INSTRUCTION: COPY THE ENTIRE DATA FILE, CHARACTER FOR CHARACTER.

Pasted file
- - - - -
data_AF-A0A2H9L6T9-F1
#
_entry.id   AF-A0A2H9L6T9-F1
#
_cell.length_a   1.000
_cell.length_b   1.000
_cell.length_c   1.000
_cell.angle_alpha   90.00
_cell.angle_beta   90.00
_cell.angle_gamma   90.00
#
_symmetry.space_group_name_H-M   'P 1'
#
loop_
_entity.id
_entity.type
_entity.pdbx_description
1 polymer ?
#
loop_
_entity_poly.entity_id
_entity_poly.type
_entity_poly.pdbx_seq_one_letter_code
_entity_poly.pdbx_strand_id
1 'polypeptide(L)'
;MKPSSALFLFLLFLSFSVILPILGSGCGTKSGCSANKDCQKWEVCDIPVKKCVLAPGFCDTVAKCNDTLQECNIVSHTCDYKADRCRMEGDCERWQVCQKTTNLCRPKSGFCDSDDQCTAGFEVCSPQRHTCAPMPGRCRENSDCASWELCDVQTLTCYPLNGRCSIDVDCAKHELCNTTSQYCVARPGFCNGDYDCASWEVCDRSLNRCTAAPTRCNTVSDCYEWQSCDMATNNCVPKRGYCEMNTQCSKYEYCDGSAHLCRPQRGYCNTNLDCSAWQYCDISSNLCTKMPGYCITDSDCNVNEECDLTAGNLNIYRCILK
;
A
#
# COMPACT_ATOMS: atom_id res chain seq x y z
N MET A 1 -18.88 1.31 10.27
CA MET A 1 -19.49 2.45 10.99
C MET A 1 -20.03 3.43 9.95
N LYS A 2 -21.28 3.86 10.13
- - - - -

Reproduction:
data_AF-A0A2H9L6T9-F1
#
_entry.id   AF-A0A2H9L6T9-F1
#
_cell.length_a   1.000
_cell.length_b   1.000
_cell.length_c   1.000
_cell.angle_alpha   90.00
_cell.angle_beta   90.00
_cell.angle_gamma   90.00
#
_symmetry.space_group_name_H-M   'P 1'
#
loop_
_entity.id
_entity.type
_entity.pdbx_description
1 polymer ?
#
loop_
_entity_poly.entity_id
_entity_poly.type
_entity_poly.pdbx_seq_one_letter_code
_entity_poly.pdbx_strand_id
1 'polypeptide(L)'
;MKPSSALFLFLLFLSFSVILPILGSGCGTKSGCSANKDCQKWEVCDIPVKKCVLAPGFCDTVAKCNDTLQECNIVSHTCDYKADRCRMEGDCERWQVCQKTTNLCRPKSGFCDSDDQCTAGFEVCSPQRHTCAPMPGRCRENSDCASWELCDVQTLTCYPLNGRCSIDVDCAKHELCNTTSQYCVARPGFCNGDYDCASWEVCDRSLNRCTAAPTRCNTVSDCYEWQSCDMATNNCVPKRGYCEMNTQCSKYEYCDGSAHLCRPQRGYCNTNLDCSAWQYCDISSNLCTKMPGYCITDSDCNVNEECDLTAGNLNIYRCILK
;
A
#
# COMPACT_ATOMS: atom_id res chain seq x y z
N MET A 1 -18.88 1.31 10.27
CA MET A 1 -19.49 2.45 10.99
C MET A 1 -20.03 3.43 9.95
N LYS A 2 -21.28 3.86 10.13